Gen Z’s housing crisis extends to reproductive care

A few weeks ago, I was scrolling on Instagram and came across an infographic from the New York Times. The title was a question: Where Can Gen Z Buy a Home? The post was subsequently broken down into two columns, easiest and hardest cities to buy a home. The data was computed based on ratios of average earnings and home prices. I was dismayed to realize that the places I would want to live in the future were all in the latter column. Looking to commiserate, I opened the comments section. As I began scrolling, I realized many comments were authored by women, specifically pointing out that most of the locations in the hardest to buy column are in states with restrictive reproductive rights. Many shared the same sentiment: women in our generation should not be forced to choose between protecting their reproductive rights and owning a home. I concur with their feelings, and believe that these protections should be extended to any individual regardless of gender.  

Since the historic overturn of the landmark case Roe v. Wade in mid-2022, several states have enacted stricter laws surrounding access to abortion, birth control and reproductive care, particularly in the American South. Notably, Texas and many of the surrounding states have put into place full bans, even going so far as to criminalize abortion. Out of the 10 cities in the easiest to buy column, five are located in states that have a full abortion ban in effect, and another three are in states that have bans after a gestational limit. 

Texas is mentioned three times in the easiest to buy column, the most out of any state in the column. If I were to move there, I would live in fear of needing access to medical care that is expressly forbidden. In addition, I would worry about what other rights may be taken away from me, given that the political climate of the South is vastly different from that of the Northeast, where I grew up.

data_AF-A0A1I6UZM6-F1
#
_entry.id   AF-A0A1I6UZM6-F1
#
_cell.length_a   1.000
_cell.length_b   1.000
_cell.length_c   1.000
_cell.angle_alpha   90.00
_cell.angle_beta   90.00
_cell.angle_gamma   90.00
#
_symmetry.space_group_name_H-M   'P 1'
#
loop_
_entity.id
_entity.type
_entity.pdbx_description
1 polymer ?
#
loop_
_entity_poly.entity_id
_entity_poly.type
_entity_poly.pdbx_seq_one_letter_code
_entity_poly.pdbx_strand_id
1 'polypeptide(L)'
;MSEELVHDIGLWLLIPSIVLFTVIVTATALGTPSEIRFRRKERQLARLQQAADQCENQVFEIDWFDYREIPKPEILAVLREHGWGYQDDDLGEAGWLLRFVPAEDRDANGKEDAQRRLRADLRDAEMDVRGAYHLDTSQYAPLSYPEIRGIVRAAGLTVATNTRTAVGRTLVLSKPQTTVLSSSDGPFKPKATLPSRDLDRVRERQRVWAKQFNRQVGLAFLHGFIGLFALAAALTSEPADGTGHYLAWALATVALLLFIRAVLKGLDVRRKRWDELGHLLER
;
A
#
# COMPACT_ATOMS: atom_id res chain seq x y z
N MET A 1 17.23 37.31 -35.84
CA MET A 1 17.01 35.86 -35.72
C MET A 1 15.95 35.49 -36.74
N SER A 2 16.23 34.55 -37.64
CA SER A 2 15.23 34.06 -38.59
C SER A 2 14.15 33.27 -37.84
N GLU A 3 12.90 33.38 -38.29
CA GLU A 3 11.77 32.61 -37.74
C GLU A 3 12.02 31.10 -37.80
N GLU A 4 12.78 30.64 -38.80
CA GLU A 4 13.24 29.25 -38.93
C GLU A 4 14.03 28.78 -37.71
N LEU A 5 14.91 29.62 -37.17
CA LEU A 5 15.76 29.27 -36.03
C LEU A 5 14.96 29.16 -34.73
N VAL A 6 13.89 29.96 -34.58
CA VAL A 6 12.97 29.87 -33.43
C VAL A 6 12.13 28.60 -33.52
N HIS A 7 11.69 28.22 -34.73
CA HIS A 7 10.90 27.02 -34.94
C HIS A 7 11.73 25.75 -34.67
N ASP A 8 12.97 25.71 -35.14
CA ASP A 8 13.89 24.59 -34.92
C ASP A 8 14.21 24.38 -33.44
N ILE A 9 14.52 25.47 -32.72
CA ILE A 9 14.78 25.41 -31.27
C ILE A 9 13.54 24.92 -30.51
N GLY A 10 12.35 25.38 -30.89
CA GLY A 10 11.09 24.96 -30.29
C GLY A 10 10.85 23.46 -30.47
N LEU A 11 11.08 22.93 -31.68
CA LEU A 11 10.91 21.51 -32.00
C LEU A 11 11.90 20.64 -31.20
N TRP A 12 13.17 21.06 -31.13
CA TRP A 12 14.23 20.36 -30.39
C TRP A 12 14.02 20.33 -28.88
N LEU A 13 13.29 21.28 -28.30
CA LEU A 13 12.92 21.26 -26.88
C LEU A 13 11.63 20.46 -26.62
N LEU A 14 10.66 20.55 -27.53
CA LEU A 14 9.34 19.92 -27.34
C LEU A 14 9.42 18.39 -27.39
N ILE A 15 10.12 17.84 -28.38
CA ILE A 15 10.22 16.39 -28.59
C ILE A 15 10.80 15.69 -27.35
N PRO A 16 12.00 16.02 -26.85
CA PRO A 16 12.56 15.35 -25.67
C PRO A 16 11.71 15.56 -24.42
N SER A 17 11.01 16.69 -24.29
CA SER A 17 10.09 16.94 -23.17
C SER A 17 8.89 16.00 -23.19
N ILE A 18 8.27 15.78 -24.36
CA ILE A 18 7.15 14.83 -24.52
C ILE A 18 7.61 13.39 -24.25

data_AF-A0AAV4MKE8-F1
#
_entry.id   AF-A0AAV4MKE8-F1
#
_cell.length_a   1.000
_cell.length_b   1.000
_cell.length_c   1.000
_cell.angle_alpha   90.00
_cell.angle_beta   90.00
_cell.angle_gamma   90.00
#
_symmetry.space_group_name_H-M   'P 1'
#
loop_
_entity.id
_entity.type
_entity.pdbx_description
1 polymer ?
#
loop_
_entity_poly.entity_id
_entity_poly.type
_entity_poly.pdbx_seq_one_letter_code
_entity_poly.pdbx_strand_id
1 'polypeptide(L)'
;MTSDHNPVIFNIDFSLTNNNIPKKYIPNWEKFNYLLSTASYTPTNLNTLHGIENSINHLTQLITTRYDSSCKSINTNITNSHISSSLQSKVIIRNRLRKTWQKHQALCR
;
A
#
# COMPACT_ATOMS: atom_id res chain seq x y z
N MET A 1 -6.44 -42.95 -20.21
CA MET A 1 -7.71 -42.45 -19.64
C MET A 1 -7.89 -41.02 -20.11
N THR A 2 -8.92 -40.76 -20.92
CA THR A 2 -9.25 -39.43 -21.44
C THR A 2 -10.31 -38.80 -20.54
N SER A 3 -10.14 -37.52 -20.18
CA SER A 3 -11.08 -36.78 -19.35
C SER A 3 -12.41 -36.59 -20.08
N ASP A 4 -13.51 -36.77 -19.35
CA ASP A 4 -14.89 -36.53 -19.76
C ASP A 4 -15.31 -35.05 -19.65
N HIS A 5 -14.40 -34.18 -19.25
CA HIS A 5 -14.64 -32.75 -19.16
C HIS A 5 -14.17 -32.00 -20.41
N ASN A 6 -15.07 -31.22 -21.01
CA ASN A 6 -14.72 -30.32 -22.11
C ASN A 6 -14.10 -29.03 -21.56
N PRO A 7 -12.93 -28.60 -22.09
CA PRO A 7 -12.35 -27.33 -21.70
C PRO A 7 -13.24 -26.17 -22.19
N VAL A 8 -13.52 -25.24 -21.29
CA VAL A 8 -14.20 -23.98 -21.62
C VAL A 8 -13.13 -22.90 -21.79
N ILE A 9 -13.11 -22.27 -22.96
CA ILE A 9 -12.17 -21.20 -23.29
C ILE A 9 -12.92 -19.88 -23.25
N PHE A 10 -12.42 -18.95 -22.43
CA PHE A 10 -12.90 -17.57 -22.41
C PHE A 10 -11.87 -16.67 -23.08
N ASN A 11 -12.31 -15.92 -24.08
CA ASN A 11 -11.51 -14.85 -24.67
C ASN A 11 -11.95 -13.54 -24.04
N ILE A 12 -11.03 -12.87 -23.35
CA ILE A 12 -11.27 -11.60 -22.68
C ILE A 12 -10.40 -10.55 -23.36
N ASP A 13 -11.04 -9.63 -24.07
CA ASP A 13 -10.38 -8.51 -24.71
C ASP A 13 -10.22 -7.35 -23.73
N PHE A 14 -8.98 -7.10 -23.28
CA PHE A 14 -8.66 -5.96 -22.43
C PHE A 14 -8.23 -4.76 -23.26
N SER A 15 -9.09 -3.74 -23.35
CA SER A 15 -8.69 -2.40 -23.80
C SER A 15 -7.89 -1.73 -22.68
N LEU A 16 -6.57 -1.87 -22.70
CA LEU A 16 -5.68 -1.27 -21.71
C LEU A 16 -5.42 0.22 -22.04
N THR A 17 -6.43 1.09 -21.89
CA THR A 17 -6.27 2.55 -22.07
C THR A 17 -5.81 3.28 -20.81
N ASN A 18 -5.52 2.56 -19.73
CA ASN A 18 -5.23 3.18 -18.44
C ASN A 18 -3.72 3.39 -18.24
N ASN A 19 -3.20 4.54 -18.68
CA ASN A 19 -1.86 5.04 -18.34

In the last few years, many women have taken to the internet to share their experiences living in states with abortion bans. In an article by NPR, several women residing in these locations shared their pregnancy stories, where emergency reproductive care was needed. One woman, Texas resident Dani Rios, recounted her experience of having a miscarriage, yet being forced to deliver her baby naturally. She wanted to end the pregnancy as the fetus was no longer viable, but due to restrictions, nothing could be done in her home state. Rios and her family weighed the options of flying to states without restrictions for her to access care, but faced long waitlists. She ended up developing an infection, and only then were doctors in her home state able to induce her and have her deliver the baby naturally. 

States like New York, California and many others on the American coasts have pledged to protect access to abortion and placed new protections in place, some of which can be honored interstate. Yet, seven out of the 10 locations in the hardest to buy column are located in the state of California. Therefore, protecting my reproductive rights would come at a high cost of housing. Accounting for general cost of living, Texas ranks less than New York, the former ranking below the national average and the latter being significantly above. Not only is housing disproportionate, but day-to-day cost is as well. 

In just over a year, I will be faced with the decision of whether to pursue graduate school, or take some amount of time off from school and enter the workforce. A big factor in this decision is finances and, by extension, cost of living. Many graduate schools are in big cities where I would professionally thrive, yet affording rent and necessities on the typically low stipend while saving to eventually purchase a home would be near impossible. If I choose to enter the workforce, where I live will be less restricted, yet areas with low cost of living where I could both afford essentials and save for the future restrict necessary rights. But, at what point does cost of living outweigh secure reproductive rights and mental peace?

One Comment

  1. So the moral of the knowledge being ?
    Keep your legs closed and focus on studying vs riding the carousel

    Alumni
    Gina B

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